"It came to my mind after Syrian activists were disappeared by the Assad regime and extrajudicial killings started at an early stage in the war. After a few months, I was concerned about who is recording and archiving these killings and the disappearances. I didn't find anyone doing this job so using my private email, I began to do this," Abdul Ghany told The New Arab.
Abdul Ghany found that the few groups monitoring the violence at the start of the war were politically aligned and unprepared for the devastation that would be unleashed by the Assad regime, which at one point would average well over 100 deaths a day.
"They expected Assad would fall very quickly so they didn't establish a department following and recording what was happening in Syria on a daily basis. At the Syria Network we did and built a database of the deaths," he said.
Abdul Ghany was well connected with a wide range of people in Syria, from civilians to leading activists, which became a crucial part of collecting and verifying information.
"I knew a lot of activists on the ground and that enabled me to collect information. Some of those activists are still members of the SNHR until now and we grew like a child and that can be seen (year-on-year) in our reports. We keep learning, and we keep expanding," he said.
His team has recorded 228,009 civilian casualties killed by all parties between March 2011 and September 2021 with the Syrian regime responsible for almost 88 percent of the deaths.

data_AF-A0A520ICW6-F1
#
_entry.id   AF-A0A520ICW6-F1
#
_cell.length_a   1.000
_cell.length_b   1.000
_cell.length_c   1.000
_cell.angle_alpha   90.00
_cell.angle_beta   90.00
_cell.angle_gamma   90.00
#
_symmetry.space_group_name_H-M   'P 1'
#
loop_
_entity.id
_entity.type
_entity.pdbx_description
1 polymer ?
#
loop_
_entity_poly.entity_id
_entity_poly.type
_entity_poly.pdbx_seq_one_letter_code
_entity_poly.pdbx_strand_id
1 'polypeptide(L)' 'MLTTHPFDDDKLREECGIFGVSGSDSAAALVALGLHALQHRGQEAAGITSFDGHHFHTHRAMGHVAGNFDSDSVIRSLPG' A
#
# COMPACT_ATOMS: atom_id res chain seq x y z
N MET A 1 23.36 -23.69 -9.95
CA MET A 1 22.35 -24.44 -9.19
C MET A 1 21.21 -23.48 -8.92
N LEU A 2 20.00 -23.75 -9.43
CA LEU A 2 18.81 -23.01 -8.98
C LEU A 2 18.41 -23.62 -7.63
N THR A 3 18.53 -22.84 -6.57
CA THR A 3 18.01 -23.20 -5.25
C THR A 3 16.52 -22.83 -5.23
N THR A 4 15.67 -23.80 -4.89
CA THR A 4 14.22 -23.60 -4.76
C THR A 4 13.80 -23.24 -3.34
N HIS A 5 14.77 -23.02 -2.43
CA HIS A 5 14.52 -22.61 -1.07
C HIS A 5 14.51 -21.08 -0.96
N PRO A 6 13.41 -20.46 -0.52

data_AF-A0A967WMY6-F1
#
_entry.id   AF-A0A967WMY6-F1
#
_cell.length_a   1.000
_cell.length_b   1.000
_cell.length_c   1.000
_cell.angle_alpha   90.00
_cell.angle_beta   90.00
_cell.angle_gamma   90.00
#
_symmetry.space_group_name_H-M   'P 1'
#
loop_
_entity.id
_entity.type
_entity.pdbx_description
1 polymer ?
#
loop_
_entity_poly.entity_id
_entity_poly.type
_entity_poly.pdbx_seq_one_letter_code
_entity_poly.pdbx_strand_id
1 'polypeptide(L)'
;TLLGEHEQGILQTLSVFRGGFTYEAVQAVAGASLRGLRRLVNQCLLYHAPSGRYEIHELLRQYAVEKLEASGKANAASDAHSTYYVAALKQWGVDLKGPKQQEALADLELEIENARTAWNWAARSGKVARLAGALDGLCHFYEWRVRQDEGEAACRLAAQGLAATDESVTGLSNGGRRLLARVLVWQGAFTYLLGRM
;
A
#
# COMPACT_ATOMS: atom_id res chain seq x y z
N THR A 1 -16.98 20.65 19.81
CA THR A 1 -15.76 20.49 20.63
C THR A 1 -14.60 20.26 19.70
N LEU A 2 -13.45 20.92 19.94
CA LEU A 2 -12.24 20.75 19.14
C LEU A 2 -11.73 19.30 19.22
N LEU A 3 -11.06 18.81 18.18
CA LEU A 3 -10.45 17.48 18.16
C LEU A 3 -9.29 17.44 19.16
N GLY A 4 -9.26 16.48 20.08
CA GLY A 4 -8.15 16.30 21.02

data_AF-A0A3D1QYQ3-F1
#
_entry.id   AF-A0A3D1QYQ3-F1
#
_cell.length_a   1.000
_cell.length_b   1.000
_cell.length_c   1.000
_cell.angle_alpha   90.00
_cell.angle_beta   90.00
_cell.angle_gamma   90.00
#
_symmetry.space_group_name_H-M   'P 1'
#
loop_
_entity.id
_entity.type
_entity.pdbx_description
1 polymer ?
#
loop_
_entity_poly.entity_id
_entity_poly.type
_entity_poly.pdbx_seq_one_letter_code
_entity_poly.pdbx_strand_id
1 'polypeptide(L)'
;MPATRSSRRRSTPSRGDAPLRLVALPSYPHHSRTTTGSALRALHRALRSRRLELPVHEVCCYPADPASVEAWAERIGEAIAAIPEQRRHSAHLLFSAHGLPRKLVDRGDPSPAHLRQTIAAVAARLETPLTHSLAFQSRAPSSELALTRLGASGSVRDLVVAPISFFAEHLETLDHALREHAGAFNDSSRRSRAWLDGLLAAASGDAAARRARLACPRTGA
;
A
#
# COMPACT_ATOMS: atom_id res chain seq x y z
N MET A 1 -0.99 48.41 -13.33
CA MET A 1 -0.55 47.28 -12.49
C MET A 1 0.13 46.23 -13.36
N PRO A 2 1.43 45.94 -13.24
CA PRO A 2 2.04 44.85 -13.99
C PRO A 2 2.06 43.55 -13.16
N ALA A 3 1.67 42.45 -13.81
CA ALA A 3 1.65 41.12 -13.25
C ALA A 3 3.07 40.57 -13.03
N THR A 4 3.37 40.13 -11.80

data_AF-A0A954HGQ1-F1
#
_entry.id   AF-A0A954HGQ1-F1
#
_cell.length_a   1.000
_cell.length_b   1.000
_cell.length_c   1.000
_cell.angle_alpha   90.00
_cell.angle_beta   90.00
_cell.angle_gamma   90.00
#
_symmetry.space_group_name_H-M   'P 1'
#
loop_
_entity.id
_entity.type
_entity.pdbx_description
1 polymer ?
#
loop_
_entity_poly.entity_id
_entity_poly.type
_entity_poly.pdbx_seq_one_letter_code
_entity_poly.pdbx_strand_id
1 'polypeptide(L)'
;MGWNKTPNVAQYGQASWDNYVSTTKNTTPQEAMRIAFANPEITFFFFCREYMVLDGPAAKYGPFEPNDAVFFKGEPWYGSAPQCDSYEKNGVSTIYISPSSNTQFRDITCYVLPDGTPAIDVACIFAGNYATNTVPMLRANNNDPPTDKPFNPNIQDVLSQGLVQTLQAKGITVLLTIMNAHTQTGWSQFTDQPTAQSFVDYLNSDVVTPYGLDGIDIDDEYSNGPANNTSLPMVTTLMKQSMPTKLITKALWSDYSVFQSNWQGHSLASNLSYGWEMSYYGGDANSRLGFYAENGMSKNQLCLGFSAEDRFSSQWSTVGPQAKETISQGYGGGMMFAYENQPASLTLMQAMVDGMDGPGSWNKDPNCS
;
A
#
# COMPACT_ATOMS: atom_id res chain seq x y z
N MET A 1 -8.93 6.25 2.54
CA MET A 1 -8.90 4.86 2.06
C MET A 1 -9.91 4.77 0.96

"The regime is the main perpetrator and that is the reality. It was the first perpetrator and they have used the security forces - with 200,000 people - and all their equipment. They have dropped thousands of barrel bombs, used fixed-wing planes, and shelled places across Syria."
The number of dead
The SNHR documented 11,667 civilians killed by regime forces in 2011 as the repression of protesters escalated into the wholesale massacres of villages and the unsparing shelling of opposition towns as the uprising spread.
As the anti-government insurgency intensified in 2012, Syria witnessed the bloodiest year of the conflict with 65,982 civilians killed by regime forces, according to the monitor.
"The regime was shelling everywhere, crowded neighbourhoods, markets, hospitals so the regime killed this tremendous number of civilians," he said.
This dwarfed those killed overall in the war by the rebels (4,173), the Islamic State group (5,043) and Syrian Democratic Forces (1,310), who all lacked the air power and heavy weaponry of the regime.
Russia meanwhile killed 6,910 Syrian civilians when it entered the war in September 2015, while the US-led coalition campaign against IS resulted in at least 3,047 non-combatants killed, the monitor said.
"I think our figures represent the truth of what is happening on the ground. Of course, we missed some incidents on all sides, but overall, I think the percentage would remain the same and it would not change who the main perpetrator is," Abdul Ghany said.
The process of keeping track of those killed has proven an exhausting and macabre task for all those involved, but a vital one in keeping the memory alive of all those who have died in Syria.
For the future generations of tyrants, torturers, and militia leaders, it will also be a vital lesson that no matter the cost of victory in war there will be someone keeping track of all their crimes.
Paul McLoughlin is a senior news editor at The New Arab.
Follow him on Twitter: @PaullMcLoughlin